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Armistice Day commemorated in Walvis Bay

Armistice Day commemorated in Walvis Bay

Niël Terblanché

CURRENT and former members of various armed forces from Namibia and abroad gathered in the JC Harris Park in Walvis Bay to join the rest of the world in commemoration of Remembrance Day also known as Armistice Day.

 

Iconic Namibians like the hero of the Liberation Struggle and Robben Island Prisoner the late Andimba Toivo ya Toivo, an ace pilot Tom Pattle, an Ovaherero community leader Gideon Lehoho as well as the well known Morkel family fought in the Second World War against fellow Namibians like the personal driver of the Legendary General Erwin Rommel, Helmut Von Leipzig who was later captured by the Russians and spent years in a concentration camp before being released back home.

 

The day is commemorated at 11 minutes past 11:00 on the 11th day of the 11th month each year but in Namibia the day is commemorated on the Sunday closest to that date.

This year’s commemoration marks a year since the historic centenary event that was held in Paris France.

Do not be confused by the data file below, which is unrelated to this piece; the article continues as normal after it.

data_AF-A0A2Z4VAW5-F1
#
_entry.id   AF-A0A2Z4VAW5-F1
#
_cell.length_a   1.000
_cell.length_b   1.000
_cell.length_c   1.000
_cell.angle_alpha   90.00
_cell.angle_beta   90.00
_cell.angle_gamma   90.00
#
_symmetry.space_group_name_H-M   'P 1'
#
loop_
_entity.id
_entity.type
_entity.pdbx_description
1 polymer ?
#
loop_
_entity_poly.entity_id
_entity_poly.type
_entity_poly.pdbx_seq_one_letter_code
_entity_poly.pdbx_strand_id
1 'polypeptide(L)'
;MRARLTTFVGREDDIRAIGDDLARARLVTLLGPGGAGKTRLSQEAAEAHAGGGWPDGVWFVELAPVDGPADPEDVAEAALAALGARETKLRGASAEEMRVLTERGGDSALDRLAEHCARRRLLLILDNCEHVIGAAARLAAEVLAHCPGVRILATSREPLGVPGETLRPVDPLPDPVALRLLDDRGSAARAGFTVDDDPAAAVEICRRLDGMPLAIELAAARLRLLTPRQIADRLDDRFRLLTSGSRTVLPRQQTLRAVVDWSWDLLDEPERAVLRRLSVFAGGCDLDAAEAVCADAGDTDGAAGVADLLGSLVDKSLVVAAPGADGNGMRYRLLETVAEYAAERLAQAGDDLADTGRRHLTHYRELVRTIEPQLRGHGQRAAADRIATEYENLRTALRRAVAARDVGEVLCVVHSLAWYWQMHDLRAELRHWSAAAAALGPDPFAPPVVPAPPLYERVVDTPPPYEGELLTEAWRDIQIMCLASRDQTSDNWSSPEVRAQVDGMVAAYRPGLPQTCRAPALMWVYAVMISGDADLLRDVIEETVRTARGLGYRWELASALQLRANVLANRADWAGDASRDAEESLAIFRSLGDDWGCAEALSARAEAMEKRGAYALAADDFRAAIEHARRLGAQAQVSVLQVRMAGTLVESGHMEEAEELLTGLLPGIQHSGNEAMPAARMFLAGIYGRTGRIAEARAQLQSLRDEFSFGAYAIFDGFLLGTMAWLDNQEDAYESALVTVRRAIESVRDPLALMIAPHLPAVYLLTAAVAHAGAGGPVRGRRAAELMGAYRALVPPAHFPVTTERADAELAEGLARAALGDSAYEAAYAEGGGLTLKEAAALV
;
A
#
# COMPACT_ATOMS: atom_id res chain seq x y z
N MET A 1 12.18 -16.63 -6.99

Remembrance Day marks the armistice signed between the Allies of World War I and Germany at Compiègne, France, for the cessation of hostilities on the Western Front, which took effect at the eleventh hour of the eleventh day of the eleventh month of 1918. The armistice initially expired after a period of 36 days but a formal peace agreement was only reached when the Treaty of Versailles was signed the following year.

 

With the strong military presence in Walvis Bay because of the port and its strategic position in Namibia, the Remembrance Day proceedings in the town are always conducted in a very solemn fashion on the Sunday closest to 11 November each year.

 

The Namibian Navy Band as well as senior commanders from the various arms of the Namibian Police and the Namibian Defence Force attended the Armistice Day parade along with senior officers of armed forces from foreign countries present in Namibia when the hour and the minute struck.

 

As usual the parade started off at 11:1 when two minutes of silence was observed not only to remember those who paid the ultimate price in the two world wars (1914-1918 and 1939-1945) but also those who died on the battlefields of more recent conflicts like the wars in Iraq, Afghanistan, as well as African conflicts that was fought for the liberation from colonialism.

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